How Yoga Helps

So much has been written about yoga and mental health that we all know there are benefits. But what exactly does yoga do? How does it help? Most of us know we'd be more flexible and less stressed if we practiced yoga, but yoga offers us so much more than that.

At first when we practice yoga, we begin to see changes in our physical bodies. It doesn't take long to be able to touch our toes or twist our torsos a bit farther as muscles lengthen and learn to contract and relax. We then start to notice we feel more relaxed after class and that our minds seem less hectic. Eventually we start feeling better about ourselves and seeing solutions to problems we hadn't seen before. Why does this happen? 

Whether we are aware of it or not, many of us exist as if we are just a body with a mind on top. In fact, many mental health treatments seem to believe this as well. But we are much more complex and beautiful than that. We have a physical body (our bones, skin, organs), an energetic or subtle body (our breath, energy field, chi or pranic body), a mind or mental body (what we think and perceive) and an intuitive body (our internal knowing, Higher Self). So many layers! At the core of all this is what we all have in common - our true nature or our bliss body or pure love.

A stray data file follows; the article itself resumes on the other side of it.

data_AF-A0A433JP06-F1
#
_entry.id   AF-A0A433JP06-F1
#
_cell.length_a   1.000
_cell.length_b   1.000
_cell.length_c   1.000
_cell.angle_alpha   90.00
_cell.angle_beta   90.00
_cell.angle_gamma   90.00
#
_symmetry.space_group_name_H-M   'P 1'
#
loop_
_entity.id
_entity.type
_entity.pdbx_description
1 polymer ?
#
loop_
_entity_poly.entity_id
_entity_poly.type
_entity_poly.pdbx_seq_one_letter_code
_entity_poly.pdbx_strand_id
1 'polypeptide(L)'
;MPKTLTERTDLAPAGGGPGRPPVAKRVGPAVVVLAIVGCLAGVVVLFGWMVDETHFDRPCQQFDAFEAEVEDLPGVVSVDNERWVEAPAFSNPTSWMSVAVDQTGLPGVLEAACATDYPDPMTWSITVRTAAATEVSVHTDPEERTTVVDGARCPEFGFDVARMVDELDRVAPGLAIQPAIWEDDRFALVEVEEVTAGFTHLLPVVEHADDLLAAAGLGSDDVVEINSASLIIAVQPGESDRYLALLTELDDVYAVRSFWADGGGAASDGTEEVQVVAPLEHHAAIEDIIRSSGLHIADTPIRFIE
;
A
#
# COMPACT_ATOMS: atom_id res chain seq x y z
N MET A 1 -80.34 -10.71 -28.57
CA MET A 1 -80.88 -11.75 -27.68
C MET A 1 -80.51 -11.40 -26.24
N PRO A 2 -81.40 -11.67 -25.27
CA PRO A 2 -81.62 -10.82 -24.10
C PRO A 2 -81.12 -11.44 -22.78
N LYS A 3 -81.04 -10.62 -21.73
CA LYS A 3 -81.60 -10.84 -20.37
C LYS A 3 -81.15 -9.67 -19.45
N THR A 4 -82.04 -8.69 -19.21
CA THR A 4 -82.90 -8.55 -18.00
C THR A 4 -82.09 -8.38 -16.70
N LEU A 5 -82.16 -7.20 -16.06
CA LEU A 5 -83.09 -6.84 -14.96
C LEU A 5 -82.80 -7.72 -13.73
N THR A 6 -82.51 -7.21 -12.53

Practicing yoga affects all the layers of ourselves. We might just notice the physical changes first. ("Hey I can touch my toes now!") Then, since we pay a lot of attention to our thinking, we might notice the changes in our mind or mental body. ("My mind isn't racing like it was when I came in.") After some time, we begin to notice we "feel better" or are more relaxed or energized after practice. This is tuning in to our energetic bodies. And if we are really paying attention, we'll begin to notice that we are having insights or clarity about things we have not had before. Our awareness expands. We begin to see ourselves and others differently. We begin to act versus react. We begin to see we are the creators of our lives and our experiences.

These changes directly affect our mental health - whether its depression, anxiety or mood swings we deal with. When practicing yoga, we also begin to care for our bodies in a more nourishing way. We manage our energy levels with more care. We observe our thoughts versus being dragged through the emotional mud by them. We look for and listen to our inside voice, our intuition to help us make healthy decisions. We begin to sense that we may be so much more than we realized, that our lives hold more possibility than we thought. Yoga provides a pathway to change and gives us hope.